Cleveland Clinic and Brooks Automation Open State-of-the-Art BioRepository in Fairfax Neighborhood
Cleveland Clinic and Brooks Automation have opened a biorepository that will increase the storage capacity for biologic samples at Cleveland Clinic, while enhancing researchers’ study of human tissue samples to more rapidly translate laboratory discoveries into new treatments for patients.
Located on Cedar Avenue in Cleveland’s Fairfax neighborhood, the Cleveland Clinic BioRepository is the first building to open in the recently announced Cleveland Innovation District, a public-private partnership aimed at transforming Northeast Ohio into an economic engine for biomedicine.
The initiative brings the State of Ohio, JobsOhio and Ohio Development Services Agency together with Cleveland’s healthcare and higher education institutions to create jobs, accelerate research and educate the workforce of the future.
The 22,000-square-foot ultra-cold and cryogenic repository will store biological samples that will be used in research projects at Cleveland Clinic, partner institutions and the life science research community. The facility is managed by Azenta Life Sciences, Brooks’ recently re-branded life sciences division, a provider of sample exploration and management solutions with secure sample and material storage facilities across the United States and around the world.
“The storage of biological samples safely and efficiently is an integral part of the research process allowing researchers to focus on breakthroughs in areas such as personalized medicine and therapeutic development,” added Sarah Eckenrode, Ph.D., Vice President, Sample and Repository Solutions, Azenta Life Sciences. “The onsite sample biorepository standardizes sample collection, processing and storage protocols to increase scalability and efficiencies for Cleveland Clinic’s high-value collections of biological material.”“Biobanking is essential for the evolution of personalized medicine for conditions such as heart disease, cancer and epilepsy,” said Serpil Erzurum, M.D., Cleveland Clinic’s Chief Research and Academic Officer. “This technologically advanced biorepository in the heart of the new Cleveland Innovation District will enable research that allows us the knowledge to provide the best care for all people as part of Cleveland Clinic’s mission: caring for life, researching for health, educating those who serve.”
All patient information will be stored in a secure environment to protect patient confidentiality, using state-of-the-art customized systems for superior analytics and informatics capabilities. Specimens will be linked to electronic medical record data to analyze the course of diseases and treatments.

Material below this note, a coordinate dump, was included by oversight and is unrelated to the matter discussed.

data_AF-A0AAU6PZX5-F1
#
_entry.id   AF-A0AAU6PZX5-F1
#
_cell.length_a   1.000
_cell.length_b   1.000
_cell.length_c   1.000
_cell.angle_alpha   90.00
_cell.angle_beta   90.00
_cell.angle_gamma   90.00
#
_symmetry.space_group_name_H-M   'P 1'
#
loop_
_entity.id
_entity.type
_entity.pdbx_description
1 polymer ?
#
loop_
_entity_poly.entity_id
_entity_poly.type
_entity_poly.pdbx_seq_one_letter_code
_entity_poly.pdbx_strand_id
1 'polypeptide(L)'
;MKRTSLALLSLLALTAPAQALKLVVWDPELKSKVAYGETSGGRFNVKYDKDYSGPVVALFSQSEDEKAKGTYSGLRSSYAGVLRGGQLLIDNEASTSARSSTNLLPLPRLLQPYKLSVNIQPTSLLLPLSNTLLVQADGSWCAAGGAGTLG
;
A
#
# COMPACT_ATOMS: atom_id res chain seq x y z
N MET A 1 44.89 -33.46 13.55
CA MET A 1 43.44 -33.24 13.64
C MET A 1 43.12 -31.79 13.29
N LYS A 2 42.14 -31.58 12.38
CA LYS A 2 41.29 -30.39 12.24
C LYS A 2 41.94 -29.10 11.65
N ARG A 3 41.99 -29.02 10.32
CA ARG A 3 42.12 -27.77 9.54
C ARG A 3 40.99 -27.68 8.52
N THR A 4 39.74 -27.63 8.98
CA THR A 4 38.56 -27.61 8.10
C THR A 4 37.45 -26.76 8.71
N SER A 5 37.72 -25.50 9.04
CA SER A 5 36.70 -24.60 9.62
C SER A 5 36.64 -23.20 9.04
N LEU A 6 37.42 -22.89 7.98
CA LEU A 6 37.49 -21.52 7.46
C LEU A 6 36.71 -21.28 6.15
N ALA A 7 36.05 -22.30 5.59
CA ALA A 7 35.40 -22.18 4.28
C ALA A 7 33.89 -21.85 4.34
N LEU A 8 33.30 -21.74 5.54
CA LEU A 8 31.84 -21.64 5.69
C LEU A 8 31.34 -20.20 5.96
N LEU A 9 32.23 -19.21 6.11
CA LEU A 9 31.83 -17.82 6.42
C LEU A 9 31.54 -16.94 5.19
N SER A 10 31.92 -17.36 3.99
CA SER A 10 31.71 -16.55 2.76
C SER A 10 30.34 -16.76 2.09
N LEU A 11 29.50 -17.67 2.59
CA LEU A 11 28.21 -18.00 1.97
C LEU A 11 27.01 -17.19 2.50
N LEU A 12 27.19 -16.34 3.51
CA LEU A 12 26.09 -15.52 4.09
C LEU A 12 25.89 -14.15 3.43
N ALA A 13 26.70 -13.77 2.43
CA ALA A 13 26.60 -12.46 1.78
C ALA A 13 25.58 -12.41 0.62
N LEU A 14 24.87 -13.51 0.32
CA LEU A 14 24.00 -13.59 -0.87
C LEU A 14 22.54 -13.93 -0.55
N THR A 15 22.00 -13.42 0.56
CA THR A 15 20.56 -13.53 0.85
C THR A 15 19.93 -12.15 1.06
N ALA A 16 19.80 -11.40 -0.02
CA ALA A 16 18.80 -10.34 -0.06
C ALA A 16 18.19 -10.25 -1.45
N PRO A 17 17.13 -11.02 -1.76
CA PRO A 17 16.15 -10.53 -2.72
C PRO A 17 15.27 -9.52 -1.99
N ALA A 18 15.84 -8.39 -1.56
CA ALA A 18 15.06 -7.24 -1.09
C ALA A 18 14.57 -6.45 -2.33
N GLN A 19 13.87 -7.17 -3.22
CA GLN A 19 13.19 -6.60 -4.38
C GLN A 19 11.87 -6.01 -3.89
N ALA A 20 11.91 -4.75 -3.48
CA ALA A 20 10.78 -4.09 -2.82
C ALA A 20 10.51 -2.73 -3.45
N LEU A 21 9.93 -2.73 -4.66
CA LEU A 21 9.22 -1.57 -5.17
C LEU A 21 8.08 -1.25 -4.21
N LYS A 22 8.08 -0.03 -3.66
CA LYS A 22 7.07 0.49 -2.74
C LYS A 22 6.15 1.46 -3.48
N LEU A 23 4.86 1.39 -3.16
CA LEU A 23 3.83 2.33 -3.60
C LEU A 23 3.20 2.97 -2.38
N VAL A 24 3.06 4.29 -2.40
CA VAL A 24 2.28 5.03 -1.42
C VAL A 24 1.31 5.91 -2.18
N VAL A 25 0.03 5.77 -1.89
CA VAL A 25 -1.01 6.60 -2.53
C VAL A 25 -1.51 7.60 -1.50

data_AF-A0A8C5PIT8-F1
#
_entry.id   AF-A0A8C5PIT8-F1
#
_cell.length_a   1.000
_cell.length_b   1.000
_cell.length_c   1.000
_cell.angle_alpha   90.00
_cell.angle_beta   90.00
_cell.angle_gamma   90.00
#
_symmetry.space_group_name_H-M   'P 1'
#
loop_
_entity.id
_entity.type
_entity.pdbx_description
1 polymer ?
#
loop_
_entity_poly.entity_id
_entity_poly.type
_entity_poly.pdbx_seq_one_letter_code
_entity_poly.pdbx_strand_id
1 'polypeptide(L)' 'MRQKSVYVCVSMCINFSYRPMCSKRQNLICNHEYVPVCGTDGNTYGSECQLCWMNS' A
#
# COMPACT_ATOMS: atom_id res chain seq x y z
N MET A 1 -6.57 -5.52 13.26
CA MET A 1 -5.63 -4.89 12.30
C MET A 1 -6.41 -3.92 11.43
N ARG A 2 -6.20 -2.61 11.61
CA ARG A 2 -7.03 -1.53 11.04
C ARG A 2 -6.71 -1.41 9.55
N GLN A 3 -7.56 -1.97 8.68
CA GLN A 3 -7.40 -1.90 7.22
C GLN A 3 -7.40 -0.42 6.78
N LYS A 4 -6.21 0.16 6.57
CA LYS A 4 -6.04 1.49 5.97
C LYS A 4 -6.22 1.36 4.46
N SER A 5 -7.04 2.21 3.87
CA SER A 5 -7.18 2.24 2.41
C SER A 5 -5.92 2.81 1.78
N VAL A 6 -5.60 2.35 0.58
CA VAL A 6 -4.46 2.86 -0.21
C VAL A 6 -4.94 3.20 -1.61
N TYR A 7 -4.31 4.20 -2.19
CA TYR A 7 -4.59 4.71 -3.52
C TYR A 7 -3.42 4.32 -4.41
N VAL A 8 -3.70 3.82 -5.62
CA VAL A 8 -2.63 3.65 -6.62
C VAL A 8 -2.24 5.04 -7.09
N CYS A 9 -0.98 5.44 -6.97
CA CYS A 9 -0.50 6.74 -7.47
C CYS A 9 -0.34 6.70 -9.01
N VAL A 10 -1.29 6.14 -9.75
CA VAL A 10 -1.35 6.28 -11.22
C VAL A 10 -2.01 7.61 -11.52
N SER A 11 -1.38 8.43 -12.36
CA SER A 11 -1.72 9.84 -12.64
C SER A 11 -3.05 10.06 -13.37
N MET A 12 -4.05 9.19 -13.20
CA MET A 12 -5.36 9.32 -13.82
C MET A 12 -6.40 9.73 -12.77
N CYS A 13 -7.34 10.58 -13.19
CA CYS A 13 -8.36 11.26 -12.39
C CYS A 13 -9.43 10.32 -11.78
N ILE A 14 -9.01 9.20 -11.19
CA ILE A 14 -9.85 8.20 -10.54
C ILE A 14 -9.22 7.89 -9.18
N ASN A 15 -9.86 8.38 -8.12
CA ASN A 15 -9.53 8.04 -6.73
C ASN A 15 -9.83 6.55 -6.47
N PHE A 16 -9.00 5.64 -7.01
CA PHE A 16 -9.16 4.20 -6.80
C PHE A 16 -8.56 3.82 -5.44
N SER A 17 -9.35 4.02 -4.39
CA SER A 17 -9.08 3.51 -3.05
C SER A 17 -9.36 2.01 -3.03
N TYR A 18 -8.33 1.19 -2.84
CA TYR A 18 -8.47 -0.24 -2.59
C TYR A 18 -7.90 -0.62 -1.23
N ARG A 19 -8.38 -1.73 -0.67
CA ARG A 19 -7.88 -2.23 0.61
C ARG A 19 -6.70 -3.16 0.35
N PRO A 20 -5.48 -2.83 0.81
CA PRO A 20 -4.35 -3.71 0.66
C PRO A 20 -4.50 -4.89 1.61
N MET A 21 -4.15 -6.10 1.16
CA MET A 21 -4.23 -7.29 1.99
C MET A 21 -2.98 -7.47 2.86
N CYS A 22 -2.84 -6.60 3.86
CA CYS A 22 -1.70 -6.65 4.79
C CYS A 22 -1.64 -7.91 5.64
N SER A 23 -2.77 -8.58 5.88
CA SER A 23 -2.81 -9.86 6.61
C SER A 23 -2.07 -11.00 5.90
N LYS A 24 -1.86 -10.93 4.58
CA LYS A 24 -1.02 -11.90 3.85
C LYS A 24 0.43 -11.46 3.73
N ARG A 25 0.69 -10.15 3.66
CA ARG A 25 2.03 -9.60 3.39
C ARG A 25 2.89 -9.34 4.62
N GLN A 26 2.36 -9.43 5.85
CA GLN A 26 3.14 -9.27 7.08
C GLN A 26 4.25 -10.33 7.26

The biorepository also will serve as a community resource to improve awareness of ongoing research and career opportunities in the medical field. The biorepository features the Research Access Center where members of the local community can learn more about medical research and participation. The community room also will serve as an educational resource for students in the Fairfax community to meet and interact with healthcare professionals to learn about careers in medicine, the health professions and health sciences.
“The Research Access Center is a key part of the biorepository and aims to ensure that our research serves diverse populations, addresses health disparities, and helps us educate a diverse next generation of researchers,” said Dr. Erzurum.
The biorepository also features a unique outdoor public art installation, titled “Dawn,” by internationally renowned multimedia artist Jacolby Satterwhite. Developed in collaboration with residents of the surrounding Fairfax neighborhood, Satterwhite created a 3D-animated virtual reality video to be displayed on a screen embedded in a freestanding wall covered with artist-designed wallpaper. In addition to the screen outside the biorepository, the public can view the video on smartphone devices.
Satterwhite’s work is inspired by the solace he found in video game fantasy worlds during his childhood hospitalization with osteogenic sarcoma. The source material for the animation comes from Fairfax residents and Cleveland Clinic caregivers.
With the assistance of a community facilitator, participants were asked to create a sketch or brief text describing a utopic future for the neighborhood. Those contributions were transformed by Satterwhite and used in the video to create a tribute to residents’ observations, hopes and dreams that will serve as a lasting link to the community. This project was commissioned by Cleveland Clinic in collaboration with FRONT International, with community support from Karamu House.
Geis Companies was the builder of the Cleveland Clinic BioRepository and GLSD Architects, LLC was the architect.